12. The Batman
It takes a lot to bring a unique version of Batman to the screen, but Matt Reeves was clearly up for the challenge with The Batman, presenting a captivating and rich world that reinvigorates characters we’ve already seen on screen over and over again. With The Batman, Reeves prioritizes the shadows of Gotham, setting up this city in a way we’ve never seen before onscreen, bringing to life the world around Bruce Wayne. Instead of heroes and villains that live in black and white, Reeves has presented a city defined by the gray. The Batman doesn’t redefine what we know about this character, but through Reeves’ direction, we’re showing a Batman story that feels fresh and new. While most other Batman films focus on the hero that comes out of the darkness, Reeves has focused on the darkness that hero came out of, which makes all the difference.
11. women talking
Sarah Polley‘s Women Talking, her first film in over a decade, is one of the most mesmerizing and haunting films of the year, featuring one of the best screenplays and casts of 2022. With films like Away We Go, Take This Waltz, and the documentary Stories We Tell, Polley has shown the weight of shattering emotional decisions, but never have they felt as dire and urgent as in the conversation being had in Women Talking. Polley has returned to directing with what might be her finest film so far, a striking and potent look at women’s rights, the stories we tell to avoid the truth, and the difficulties it takes to make the right choice.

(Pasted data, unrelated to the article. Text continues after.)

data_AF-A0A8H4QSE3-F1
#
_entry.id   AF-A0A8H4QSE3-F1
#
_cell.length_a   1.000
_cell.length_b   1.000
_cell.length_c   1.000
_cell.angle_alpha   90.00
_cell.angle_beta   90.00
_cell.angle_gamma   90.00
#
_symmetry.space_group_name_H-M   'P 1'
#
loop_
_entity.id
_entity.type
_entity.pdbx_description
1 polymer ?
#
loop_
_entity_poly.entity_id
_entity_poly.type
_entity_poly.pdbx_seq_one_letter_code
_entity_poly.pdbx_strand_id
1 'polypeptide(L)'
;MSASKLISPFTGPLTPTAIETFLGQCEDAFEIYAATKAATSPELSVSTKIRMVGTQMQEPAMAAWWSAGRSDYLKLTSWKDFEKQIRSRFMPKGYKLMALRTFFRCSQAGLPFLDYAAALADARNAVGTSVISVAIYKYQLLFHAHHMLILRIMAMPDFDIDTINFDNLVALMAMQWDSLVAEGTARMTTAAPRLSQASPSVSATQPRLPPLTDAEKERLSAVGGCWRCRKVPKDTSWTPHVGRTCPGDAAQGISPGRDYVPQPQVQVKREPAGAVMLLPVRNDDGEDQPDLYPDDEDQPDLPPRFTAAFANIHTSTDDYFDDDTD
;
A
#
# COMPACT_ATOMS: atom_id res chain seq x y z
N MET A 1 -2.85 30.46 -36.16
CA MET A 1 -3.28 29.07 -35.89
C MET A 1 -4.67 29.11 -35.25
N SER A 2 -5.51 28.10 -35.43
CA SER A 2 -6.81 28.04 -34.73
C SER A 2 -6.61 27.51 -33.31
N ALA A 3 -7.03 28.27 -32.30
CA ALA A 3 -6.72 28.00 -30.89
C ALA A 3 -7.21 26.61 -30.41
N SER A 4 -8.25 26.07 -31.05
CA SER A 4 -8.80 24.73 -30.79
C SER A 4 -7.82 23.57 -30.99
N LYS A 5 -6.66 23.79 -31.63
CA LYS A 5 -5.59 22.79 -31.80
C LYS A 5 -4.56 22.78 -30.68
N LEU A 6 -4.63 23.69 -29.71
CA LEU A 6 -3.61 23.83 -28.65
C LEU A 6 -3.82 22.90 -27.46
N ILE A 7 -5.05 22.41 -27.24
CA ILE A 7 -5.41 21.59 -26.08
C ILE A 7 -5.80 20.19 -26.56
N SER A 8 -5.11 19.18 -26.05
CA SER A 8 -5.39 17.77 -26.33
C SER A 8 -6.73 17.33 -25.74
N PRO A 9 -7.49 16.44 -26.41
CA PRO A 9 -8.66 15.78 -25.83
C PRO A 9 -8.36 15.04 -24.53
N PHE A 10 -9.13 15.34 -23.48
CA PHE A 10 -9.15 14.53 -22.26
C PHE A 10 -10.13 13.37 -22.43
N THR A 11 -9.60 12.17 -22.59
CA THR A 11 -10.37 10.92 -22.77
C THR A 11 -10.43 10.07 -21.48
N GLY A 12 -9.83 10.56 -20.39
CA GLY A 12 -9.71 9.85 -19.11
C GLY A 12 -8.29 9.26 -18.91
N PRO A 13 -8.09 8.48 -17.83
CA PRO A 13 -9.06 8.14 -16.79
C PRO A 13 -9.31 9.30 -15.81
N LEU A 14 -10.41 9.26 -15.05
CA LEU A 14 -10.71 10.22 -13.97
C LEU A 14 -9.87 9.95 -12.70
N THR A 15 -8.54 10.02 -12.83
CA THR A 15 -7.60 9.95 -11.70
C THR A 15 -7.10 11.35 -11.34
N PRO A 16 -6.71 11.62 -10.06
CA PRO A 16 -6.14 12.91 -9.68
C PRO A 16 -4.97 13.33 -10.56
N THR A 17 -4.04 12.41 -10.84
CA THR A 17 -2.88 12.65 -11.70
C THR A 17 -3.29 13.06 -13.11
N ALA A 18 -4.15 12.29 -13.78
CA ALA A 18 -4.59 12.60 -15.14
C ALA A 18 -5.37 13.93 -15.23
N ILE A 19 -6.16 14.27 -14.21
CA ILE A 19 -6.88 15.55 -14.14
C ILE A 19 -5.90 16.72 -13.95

10. Everything Everywhere All at Once
Maybe no film this year lived up to its name quite like Daniels’ Everything Everywhere All at Once. If the directing pair had spent every minute of the last six years since making Swiss Army Man filming this true multiverse of madness and putting together this reality-hopping world, it would make perfect sense. It’s rare that a film crams as much into it as this one does, yet without feeling overstuffed or ridiculous for the sake of being audacious. There’s a method to the madness here, led by an incredible ensemble complete with some of the best performances of the year (Michelle Yeoh and Ke Huy Quan, especially) and some truly ambitious and ballsy filmmaking. Of all the many realities within this film, it’s great that we live in a reality where a film like this can exist.